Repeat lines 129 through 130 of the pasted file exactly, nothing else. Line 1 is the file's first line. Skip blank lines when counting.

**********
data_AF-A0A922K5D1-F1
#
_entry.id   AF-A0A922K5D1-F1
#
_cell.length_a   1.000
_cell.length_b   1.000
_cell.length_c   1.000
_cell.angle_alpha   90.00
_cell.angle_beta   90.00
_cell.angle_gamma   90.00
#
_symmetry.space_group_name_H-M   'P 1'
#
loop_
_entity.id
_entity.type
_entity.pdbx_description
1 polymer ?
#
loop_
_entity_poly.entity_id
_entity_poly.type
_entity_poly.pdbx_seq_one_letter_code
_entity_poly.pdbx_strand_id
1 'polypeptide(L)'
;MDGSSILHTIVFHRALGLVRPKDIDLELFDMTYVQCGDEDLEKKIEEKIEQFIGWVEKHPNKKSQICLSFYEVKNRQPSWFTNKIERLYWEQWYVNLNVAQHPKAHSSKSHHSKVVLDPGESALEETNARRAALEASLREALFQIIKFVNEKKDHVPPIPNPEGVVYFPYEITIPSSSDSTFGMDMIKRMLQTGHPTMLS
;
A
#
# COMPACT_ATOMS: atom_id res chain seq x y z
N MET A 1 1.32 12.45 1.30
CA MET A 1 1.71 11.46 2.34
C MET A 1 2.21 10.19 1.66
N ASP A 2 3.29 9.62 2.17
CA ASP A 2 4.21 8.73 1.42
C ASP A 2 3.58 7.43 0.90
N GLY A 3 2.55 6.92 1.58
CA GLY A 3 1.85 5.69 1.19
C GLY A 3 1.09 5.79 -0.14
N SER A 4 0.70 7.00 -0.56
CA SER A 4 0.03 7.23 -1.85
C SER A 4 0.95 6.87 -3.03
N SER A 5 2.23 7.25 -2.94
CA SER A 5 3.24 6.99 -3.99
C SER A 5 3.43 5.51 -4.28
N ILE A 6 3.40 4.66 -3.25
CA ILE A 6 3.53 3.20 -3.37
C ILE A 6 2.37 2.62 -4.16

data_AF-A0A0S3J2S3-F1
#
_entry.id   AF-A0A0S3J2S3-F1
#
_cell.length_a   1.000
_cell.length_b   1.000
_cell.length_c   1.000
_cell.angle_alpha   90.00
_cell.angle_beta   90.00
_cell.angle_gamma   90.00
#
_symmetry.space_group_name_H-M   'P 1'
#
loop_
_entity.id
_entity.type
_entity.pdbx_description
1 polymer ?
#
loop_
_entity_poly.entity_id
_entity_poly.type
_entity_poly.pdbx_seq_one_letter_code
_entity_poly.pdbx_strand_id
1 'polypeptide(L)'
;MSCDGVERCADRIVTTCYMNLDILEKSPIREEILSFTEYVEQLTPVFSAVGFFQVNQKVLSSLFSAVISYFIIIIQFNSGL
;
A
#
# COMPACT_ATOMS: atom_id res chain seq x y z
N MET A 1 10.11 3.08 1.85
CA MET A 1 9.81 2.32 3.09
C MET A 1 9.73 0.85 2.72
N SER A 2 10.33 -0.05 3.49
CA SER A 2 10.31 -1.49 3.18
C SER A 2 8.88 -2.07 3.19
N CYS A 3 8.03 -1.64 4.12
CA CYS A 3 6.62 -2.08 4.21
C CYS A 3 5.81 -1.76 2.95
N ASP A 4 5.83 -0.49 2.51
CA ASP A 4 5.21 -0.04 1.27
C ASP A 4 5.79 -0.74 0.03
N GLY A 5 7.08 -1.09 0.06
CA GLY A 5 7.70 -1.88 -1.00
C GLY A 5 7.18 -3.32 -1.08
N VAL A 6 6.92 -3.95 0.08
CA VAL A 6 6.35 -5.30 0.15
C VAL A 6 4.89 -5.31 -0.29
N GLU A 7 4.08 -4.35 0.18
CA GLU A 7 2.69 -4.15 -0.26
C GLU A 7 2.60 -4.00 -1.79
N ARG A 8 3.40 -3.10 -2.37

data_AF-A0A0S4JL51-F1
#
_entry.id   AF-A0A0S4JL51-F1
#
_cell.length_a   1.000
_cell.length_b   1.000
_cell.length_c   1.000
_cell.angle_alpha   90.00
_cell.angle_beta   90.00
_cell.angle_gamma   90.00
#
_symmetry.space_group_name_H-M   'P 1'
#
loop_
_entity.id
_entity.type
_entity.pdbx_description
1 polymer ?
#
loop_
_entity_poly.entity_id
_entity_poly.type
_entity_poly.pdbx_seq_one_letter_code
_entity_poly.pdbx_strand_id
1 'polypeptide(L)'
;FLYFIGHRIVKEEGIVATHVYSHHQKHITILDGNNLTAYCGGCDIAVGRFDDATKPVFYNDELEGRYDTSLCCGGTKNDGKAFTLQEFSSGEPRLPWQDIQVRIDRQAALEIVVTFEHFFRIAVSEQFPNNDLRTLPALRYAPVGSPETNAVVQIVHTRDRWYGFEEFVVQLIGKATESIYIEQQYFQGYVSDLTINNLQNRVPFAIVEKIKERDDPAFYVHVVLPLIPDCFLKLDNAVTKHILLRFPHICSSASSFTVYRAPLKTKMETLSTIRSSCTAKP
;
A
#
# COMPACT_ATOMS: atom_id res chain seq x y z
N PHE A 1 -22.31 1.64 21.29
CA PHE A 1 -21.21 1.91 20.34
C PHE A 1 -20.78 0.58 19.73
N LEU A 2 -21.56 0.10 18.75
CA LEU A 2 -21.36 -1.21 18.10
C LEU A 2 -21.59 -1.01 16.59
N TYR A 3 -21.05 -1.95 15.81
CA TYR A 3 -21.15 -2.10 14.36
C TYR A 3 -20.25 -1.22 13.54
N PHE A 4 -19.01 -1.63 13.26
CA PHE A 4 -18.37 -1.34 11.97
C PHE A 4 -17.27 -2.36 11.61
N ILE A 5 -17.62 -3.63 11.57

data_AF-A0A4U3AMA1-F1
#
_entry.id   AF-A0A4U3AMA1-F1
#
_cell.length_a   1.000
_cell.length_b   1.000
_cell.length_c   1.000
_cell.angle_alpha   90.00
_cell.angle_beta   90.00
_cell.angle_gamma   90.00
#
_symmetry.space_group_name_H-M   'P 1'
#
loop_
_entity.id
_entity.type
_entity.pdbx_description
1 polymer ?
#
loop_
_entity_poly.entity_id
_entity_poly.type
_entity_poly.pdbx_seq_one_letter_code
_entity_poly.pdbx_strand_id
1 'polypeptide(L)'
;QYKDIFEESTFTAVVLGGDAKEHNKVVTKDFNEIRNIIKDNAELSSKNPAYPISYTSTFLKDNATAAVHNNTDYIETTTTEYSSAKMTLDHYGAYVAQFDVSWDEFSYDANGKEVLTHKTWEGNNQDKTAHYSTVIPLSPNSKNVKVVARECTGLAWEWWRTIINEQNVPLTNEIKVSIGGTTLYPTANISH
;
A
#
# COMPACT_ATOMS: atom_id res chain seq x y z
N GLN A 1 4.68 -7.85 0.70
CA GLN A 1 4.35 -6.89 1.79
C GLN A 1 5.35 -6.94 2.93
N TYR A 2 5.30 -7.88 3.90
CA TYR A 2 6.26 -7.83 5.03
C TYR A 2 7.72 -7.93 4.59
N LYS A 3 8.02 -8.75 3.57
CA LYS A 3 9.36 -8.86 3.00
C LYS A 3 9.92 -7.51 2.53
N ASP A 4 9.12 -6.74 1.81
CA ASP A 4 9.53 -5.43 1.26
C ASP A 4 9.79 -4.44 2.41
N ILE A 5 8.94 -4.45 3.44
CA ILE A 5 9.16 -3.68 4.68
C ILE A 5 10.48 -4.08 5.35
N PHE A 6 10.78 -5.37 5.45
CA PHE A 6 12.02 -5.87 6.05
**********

#
# COMPACT_ATOMS: atom_id res chain seq x y z